With over $60 million raised for over 42 companies, OurCrowd is setting the bar for investment crowdfunding platforms. Although the most successful investment crowdfunding platform to date, OurCrowd has remained relatively under the radar. Based in Israel and with offices in New York, Sydney, Melbourne, San Diego and Chicago, OurCrowd is a truly global platform. OurCrowd was founded by Jon Medved, the famous American-Israeli venture capitalist, just sixteen months ago with an initial focus solely on Israeli technology companies. That scope has broadened to fund companies from all over the world, including the US and New Zealand with a network of registered investors from 52 countries.
One of OurCrowd’s first investments Argo Medical Technologies (now ReWalk Robotics Ltd), a company that produces the ReWalk exoskeleton, a device that enables people with spinal cord injuries to sit, stand and walk, will be the world’s first investment crowdfunded company to go public and filed an F-1 for its IPO with the SEC last month.
Another interesting company funded with OurCrowd is Consumer Physics, which uses a key fob size device, Scio, to externally scan any material and determine its molecular composition. Yes, my brain exploded a little when I heard this too. Seriously, it tells you the chemical components of any matter and, using a synchronized app, can provide the user with important information such as calorie content, ripeness of produce (without poking or pinching), the type of medication in a pill or the health of your houseplant. Obviously, the uses of such a product are far reaching and could affect things such as security screenings, medical diagnostics and food safety standards.
One of the unique features of OurCrowd is that they invest in each and every company that they launch on their site. When discussing this with Vice President and Head of the New York Office Andrew Scharf, he explained that they ideologically could not launch a deal that they would not invest in and want to give their investors comfort that OurCrowd has skin in the game. It is important to note that this is not coinvestment by way of a fee for OurCrowd’s services or a carried interest, but actual capital deployed by OurCrowd to be used by the company.
The fee structure at OurCrowd is similar to a traditional venture capital firm, including a carried interest, management and administrative fees, with some notable differences. OurCrowd receives a 20% carried interest, defined as 20% of the profits in an exit event in respect of profits up to 5x the investment amount and a carried interest of 25% on such profits thereafter. OurCrowd receives a management fee of 2% of funds raised for the first four years of the investment vehicle’s eight-year life. OurCrowd also receives an administration fee of 4% of the funds raised, which is held in escrow to pay for expenses of the investment vehicle. An interesting chart comparing a typical venture capital fee structure to OurCrowd is available on their website.
In addition to needed capital, companies that list on OurCrowd also get a high quality investor base that are often well connected and have industry expertise to assist in the company’s operations and future financing. OurCrowd has developed a relationship with GE Ventures whereby they share deal information and opportunities to co-invest in life sciences, healthcare and other technologies.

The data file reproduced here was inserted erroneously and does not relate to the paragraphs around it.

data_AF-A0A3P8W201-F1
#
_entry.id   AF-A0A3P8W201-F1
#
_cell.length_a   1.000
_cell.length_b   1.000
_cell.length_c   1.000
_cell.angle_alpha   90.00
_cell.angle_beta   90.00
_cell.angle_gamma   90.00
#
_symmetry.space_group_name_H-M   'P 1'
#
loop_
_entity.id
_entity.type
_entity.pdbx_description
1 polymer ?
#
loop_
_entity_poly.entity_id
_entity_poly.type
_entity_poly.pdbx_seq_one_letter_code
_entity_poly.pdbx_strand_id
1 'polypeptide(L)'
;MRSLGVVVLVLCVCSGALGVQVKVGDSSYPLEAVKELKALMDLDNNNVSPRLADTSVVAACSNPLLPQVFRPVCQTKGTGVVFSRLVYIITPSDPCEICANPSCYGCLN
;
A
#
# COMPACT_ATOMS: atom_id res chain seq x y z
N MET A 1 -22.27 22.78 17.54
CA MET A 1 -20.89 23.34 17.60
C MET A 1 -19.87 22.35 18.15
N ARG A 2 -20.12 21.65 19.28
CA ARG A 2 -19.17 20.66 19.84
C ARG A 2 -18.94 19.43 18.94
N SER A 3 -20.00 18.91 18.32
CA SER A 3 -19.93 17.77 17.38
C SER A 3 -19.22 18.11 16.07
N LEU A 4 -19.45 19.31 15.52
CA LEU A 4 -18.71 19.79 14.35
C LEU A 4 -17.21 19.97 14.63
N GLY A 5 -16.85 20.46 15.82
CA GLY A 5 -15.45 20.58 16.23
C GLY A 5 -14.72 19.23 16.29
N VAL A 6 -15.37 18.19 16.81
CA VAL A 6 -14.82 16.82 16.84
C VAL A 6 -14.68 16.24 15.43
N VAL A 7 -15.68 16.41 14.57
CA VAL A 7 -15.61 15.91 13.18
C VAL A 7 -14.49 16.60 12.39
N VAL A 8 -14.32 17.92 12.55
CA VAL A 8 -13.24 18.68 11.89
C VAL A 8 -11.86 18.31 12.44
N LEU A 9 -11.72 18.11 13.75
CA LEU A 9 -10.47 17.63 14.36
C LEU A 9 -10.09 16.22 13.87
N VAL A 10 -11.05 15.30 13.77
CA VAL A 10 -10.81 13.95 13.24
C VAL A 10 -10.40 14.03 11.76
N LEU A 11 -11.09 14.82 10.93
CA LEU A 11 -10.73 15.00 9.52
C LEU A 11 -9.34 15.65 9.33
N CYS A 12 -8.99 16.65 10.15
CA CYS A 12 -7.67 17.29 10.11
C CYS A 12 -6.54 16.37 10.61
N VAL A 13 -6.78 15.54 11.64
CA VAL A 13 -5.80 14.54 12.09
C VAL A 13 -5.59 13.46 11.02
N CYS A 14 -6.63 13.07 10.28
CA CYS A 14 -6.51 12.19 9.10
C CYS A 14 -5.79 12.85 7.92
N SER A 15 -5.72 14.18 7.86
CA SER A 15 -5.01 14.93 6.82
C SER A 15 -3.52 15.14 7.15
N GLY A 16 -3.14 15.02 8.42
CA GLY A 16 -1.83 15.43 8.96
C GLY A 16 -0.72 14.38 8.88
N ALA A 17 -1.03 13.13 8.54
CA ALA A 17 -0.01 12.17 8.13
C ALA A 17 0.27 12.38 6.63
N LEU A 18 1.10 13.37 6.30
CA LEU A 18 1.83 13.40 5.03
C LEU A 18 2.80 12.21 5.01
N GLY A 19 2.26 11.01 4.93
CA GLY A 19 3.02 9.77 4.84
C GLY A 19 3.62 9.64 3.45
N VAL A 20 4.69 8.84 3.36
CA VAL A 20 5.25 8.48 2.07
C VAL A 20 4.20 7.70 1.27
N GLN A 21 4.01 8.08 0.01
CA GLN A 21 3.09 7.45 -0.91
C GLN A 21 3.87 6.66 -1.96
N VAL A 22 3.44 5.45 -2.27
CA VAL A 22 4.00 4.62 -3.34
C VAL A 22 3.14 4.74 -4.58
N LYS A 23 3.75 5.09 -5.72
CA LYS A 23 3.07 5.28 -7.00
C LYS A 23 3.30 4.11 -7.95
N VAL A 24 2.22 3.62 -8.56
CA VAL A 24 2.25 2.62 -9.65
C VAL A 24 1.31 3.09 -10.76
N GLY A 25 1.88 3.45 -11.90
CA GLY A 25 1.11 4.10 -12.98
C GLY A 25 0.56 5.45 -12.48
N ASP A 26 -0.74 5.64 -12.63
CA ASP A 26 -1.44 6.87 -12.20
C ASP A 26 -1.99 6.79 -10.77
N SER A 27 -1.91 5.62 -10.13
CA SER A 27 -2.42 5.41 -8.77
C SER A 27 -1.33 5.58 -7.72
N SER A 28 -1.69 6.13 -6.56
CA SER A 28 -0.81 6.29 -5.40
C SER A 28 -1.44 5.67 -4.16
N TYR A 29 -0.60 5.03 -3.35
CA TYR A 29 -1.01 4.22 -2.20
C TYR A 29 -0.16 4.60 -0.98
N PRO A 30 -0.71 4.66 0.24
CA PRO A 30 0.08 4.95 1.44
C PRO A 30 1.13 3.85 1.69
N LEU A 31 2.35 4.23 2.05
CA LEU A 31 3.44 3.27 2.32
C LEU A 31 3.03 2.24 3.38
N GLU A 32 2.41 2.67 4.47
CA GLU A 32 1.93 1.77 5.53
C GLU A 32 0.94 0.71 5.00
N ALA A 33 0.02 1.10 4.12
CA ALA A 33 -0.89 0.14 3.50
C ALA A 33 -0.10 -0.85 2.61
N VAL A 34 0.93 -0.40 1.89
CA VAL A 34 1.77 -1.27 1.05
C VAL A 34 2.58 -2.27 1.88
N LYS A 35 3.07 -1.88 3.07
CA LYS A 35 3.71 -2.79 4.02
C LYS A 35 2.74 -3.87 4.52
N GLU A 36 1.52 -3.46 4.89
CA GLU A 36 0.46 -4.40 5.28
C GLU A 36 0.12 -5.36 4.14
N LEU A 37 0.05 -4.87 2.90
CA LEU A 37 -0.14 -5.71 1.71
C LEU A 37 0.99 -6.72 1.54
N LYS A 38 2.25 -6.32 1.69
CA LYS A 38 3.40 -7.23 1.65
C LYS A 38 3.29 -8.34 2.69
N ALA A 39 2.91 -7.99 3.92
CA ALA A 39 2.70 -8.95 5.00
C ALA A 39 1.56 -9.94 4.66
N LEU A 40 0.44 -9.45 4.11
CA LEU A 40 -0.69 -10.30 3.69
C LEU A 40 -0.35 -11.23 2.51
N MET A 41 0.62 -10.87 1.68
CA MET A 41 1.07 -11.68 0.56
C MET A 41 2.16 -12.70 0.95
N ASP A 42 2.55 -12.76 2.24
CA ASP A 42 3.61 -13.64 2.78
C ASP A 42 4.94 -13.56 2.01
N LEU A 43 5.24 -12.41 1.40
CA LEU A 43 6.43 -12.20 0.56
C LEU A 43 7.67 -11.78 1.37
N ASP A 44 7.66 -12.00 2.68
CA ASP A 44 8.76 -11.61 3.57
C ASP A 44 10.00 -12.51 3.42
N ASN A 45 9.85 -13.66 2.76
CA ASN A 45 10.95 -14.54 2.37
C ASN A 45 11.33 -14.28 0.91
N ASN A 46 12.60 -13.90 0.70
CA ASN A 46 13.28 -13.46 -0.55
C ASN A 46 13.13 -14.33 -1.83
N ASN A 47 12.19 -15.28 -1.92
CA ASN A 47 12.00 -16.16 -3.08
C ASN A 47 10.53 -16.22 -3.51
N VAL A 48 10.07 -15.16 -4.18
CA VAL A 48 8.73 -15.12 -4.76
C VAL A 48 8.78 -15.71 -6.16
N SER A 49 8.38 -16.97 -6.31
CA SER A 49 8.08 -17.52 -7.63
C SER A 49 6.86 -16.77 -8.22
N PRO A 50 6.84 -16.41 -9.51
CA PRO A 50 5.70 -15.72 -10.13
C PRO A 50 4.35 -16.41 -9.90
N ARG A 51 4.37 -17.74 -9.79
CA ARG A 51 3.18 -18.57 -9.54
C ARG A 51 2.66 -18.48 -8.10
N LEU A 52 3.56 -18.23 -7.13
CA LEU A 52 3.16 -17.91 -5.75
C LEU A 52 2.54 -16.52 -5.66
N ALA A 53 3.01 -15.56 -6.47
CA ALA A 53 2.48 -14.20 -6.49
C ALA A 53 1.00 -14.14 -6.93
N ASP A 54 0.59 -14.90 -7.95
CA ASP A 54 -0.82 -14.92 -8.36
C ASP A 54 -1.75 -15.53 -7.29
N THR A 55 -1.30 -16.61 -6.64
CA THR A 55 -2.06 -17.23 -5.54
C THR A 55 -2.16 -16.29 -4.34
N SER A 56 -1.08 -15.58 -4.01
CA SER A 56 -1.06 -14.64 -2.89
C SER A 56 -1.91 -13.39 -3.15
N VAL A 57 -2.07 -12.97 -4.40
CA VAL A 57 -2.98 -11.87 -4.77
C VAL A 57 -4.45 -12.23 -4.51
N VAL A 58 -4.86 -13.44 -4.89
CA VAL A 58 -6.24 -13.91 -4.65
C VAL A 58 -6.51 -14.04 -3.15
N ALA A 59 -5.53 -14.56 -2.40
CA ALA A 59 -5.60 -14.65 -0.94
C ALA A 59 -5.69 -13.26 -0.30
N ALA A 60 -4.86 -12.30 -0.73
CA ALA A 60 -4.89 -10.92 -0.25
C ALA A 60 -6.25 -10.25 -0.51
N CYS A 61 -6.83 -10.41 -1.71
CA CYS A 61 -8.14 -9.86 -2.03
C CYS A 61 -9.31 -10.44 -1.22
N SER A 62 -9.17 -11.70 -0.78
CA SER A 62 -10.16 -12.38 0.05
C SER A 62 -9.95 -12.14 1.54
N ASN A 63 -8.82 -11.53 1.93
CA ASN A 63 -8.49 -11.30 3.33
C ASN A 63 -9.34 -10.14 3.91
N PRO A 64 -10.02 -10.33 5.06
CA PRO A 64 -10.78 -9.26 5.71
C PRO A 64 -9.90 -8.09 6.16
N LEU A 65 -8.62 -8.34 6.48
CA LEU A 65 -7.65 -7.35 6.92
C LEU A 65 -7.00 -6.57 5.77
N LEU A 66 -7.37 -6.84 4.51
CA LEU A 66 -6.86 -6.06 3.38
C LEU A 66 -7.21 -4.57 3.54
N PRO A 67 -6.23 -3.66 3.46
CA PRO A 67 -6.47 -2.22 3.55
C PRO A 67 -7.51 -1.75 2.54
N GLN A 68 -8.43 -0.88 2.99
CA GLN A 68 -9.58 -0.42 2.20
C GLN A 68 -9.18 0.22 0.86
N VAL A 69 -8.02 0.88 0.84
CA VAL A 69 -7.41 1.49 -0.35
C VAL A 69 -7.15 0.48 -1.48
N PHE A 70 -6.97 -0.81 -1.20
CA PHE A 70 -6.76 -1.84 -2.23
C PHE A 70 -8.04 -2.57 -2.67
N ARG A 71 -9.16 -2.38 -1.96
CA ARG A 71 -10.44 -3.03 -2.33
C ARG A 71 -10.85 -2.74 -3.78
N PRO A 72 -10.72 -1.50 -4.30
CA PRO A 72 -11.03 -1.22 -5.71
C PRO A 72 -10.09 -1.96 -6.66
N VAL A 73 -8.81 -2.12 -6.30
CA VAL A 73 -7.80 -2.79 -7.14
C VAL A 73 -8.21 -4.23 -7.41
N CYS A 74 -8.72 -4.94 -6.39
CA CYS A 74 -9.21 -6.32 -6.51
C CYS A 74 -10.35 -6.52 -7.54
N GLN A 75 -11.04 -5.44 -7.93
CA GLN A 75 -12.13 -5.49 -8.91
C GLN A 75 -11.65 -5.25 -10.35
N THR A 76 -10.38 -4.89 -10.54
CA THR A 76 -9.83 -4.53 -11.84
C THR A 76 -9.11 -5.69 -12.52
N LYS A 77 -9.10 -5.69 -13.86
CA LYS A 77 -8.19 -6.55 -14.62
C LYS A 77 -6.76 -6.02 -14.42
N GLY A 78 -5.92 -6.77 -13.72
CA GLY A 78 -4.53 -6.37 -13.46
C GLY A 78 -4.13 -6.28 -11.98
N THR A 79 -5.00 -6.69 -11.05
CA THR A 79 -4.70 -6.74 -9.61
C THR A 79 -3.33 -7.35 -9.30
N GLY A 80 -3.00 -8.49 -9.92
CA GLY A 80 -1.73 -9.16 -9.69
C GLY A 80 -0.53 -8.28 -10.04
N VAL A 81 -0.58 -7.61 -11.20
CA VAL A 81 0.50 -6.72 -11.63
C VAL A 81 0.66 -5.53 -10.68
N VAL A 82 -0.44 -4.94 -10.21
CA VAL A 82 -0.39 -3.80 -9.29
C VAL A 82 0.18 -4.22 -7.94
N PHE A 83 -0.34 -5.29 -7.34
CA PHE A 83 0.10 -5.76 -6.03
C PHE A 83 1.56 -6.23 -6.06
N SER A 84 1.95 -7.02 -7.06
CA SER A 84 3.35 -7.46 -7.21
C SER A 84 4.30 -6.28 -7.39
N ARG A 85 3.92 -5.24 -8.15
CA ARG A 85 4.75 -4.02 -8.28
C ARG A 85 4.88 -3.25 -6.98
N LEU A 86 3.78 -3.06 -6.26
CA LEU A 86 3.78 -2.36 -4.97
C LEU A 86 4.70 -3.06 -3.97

In addition to the technology and life sciences sectors, OurCrowd plans to branch into other industries such as consumer goods and retail. They plan to maintain their high standards and selection criteria, looking for “companies that change the way people live,” according to Scharf.
OurCrowd derives its name from the 1967 book by Stephen Birmingham which documents the lives of prominent New York Jewish families of the 19th Century, and uses the threads of the Jewish diaspora to draw an investor base. In an interview with Jon Medved by Bloomberg TV, he described the role of Jewish culture when it comes to technology, investing and risk taking. When asked why Israel has so much tech innovation and appetite for risk generally and specifically with respect to an online investment platform, Medved explained that in Israel, people live in constant fear of mortal risk, which actually lowers inhibitions to take financial and career risk. Andrew furthered this theme by noting that Israel has historically been a resource deprived country and had to innovate to sustain a way of life.
Due to its truly global reach, OurCrowd conducts its offerings of mostly convertible debt and some equity pursuant to 506(c) and Regulation S for US securities law purposes. In addition, OurCrowd must comply with a multitude of regulations in foreign jurisdictions. OurCrowd recently raised $25 million for its own Series B round to finance global expansion and fund more startups. OurCrowd is excited about the future and Scharf summed it up, noting “every day something exciting is happening here.”
R.Q. Friedman is the pen name of an industry participant and advocate who is an attorney engaged in the securities industry.